Everyone loses when parental alienation gets nasty
DEAR READERS: The ugly parental alienation issue blew up at Christmastime with many hurting and angry readers writing in. The spark was a letter from a separated man, Dad at the End of His Rope, whose heart was breaking because his ex had bad-mouthed him to his children (all over the age of 18) to the point they won’t talk to him anymore. During the marriage, he made big money working out of town. He was away three weeks a month and home one week. During his time at home, he and his wife would fight often. He supported his wife and three kids then, and still does. He feels the kids have been taught to hate him and yet he pays and pays. He says he’s just the “bank machine.” Here are some of the responses from other readers.
Dear Miss Lonelyhearts: You wanted to know why Dad at the End of His Rope is still paying child support for offspring 18 and older, asking if they are going to university. Then you asked if he was planning to pay spousal support forever. The way you worded it, a potential deadbeat dad might take this to mean he doesn’t have to pay while they are in university.
As far as the spousal support, this woman raised his children to adulthood, and that was a job. He may have to pay her spousal support according to an agreement until she is 65, like another person I know who was a stay-at-home mom and wife. Why wouldn’t she deserve this? Should she be expected to live in a tiny studio apartment now that he has decided he wants out?
I don’t receive spousal support, but I do get child support, and it struck a sore point with me because I have to go to a lawyer in January because my crazy ex thinks he doesn’t have to pay child support while our son is in university and only gave me cheques to last until my son turns 18 next summer. — Sore Point, Manitoba
Dear Sore Point: It’s understandable you’re upset. You need to see your lawyer and review your original agreement to see what terms you actually agreed to. As for the woman who has been fully supported until now, yes, that was her job, as her husband was away 75 per cent of every month, but he was far from being a deadbeat dad. Now these parents have split, the kids are legal adults and expectations of this man need to change. This newly separated woman, whether she likes it or not, needs to get training and get a job or start a business for her own independence, her self-esteem and her new social life. Why should she get a free ride from her exhusband until she’s 65? She could be in her late 40s or early 50s at this point.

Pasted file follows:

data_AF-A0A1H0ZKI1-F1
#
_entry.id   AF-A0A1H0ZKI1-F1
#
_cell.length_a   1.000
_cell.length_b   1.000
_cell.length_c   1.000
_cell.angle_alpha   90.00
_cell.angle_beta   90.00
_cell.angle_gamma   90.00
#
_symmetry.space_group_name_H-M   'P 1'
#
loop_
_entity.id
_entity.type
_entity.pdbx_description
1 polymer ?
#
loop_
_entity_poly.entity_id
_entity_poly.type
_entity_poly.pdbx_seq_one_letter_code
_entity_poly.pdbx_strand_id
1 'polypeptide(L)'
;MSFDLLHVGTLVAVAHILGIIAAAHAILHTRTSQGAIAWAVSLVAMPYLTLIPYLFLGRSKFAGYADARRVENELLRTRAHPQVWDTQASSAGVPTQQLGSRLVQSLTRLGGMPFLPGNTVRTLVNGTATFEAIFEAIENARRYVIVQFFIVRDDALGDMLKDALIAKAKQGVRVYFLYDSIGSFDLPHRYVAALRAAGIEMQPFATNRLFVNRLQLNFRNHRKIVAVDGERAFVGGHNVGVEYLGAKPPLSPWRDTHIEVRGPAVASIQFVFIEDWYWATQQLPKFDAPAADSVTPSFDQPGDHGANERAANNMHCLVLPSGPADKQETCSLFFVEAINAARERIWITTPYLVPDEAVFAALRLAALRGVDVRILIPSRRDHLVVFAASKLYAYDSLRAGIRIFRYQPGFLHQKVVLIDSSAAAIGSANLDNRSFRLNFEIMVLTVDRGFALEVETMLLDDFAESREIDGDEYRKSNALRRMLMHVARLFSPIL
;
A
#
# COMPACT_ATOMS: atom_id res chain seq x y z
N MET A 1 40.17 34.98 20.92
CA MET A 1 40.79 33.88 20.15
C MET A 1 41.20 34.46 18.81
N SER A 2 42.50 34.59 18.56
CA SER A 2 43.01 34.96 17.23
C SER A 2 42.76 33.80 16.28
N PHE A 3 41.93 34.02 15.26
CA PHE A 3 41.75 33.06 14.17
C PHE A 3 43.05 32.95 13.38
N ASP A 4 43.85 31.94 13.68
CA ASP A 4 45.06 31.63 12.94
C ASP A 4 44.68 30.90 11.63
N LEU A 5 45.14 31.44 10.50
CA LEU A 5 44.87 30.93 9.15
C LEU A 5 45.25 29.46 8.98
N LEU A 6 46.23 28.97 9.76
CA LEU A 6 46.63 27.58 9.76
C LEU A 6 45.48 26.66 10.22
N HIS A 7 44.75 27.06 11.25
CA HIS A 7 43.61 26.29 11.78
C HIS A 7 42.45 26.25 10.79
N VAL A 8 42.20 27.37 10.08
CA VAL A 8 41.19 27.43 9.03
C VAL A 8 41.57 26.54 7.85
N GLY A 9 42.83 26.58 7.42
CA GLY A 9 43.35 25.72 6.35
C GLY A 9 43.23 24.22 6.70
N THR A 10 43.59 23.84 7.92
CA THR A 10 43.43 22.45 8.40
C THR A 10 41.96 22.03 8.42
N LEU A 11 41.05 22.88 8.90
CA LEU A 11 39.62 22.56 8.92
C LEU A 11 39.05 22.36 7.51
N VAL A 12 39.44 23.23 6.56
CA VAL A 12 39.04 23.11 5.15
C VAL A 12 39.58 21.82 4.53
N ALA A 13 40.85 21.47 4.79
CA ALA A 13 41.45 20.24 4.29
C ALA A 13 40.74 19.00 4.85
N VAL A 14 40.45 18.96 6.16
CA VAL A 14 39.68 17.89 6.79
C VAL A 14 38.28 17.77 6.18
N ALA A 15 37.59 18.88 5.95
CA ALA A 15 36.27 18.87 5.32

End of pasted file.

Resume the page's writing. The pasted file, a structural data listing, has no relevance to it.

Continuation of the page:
Everybody in that household should have been working at least part time by the time they were 18. It’s not good for grown kids, or even moms, to have no work experience of any kind to put on a resumé. Maybe this well-heeled ex-husband would like to make a big one-time settlement offer that would cover his ex-wife’s education or start-up money for a small business, and then be free.
Money talks for this bitter lady. After she is paid off, maybe then she can stop bad-mouthing him and the kids can start having relationships with their father again. Couples counselling didn’t help before; it really sounds as if the wife needs personal counselling on her own to get through her anger and bitterness. See the important letter below from a woman who alienated her children from their dad.
Dear Miss Lonelyhearts: Hopefully these children of his will come around and maybe parental alienation will no longer be the dark side to this situation. This wife is a catalyst and needs therapy. He should stop making all payments where lawfully possible. It’s so sad the children can only hear when money speaks. Parental alienation is about love between a parent and child, not a bank account.
I, too, have first-hand experience. Many years ago I went through a terrible divorce and convinced my children their father was a horrible person; they went years not communicating with him because of me. A couple years ago, he suddenly passed away. Now I’m left with broken children who are in counselling, full of regrets and blaming me.
I know of many other nasty divorces in which children have being manipulated and convinced into taking sides. I know a 10-year-old, a 20-yearold and even someone in their 30s in this situation. Too many parents like myself become self- ish and want everyone, including their children, to hate their ex. That benefits no one, especially the children. Parents need to keep the kids out of all the details pertaining to a divorce and stop bad-mouthing their exes. This just screws up their children’s heads and doesn’t enable them to have healthy relationships in the future. You can’t erase regrets. — Many Regrets, Winnipeg
Dear Many Regrets: Your kids need to hear about your regrets, and you need to correct the exaggerations you made and tell them how sorry you are. Don’t try to justify the nasty things you said; instead, help to rebuild a realistic picture of their deceased father with all his good points. They may be furious with you at first, but if you can restore a better image of their father it will help them heal. After some time, they will heal their relationship with you.
It’s hard to face up to the fact that you loved this man you ended up divorcing. You loved him enough to choose him above all others, to marry him and have children with him. You might start by writing him a letter, which, of course, you can’t send, thanking him for the love you had in the beginning, the children and remembering the good times. Someday you might want to show that letter to your children, or you may not. Either way, it will help to melt some of the bitterness away for you, and perhaps for your children.
Please send your questions and comments to firstname.lastname@example.org or Miss Lonelyhearts c/o the Winnipeg Free Press, 1355 Mountain Ave.,
Winnipeg, MB, R2X 3B6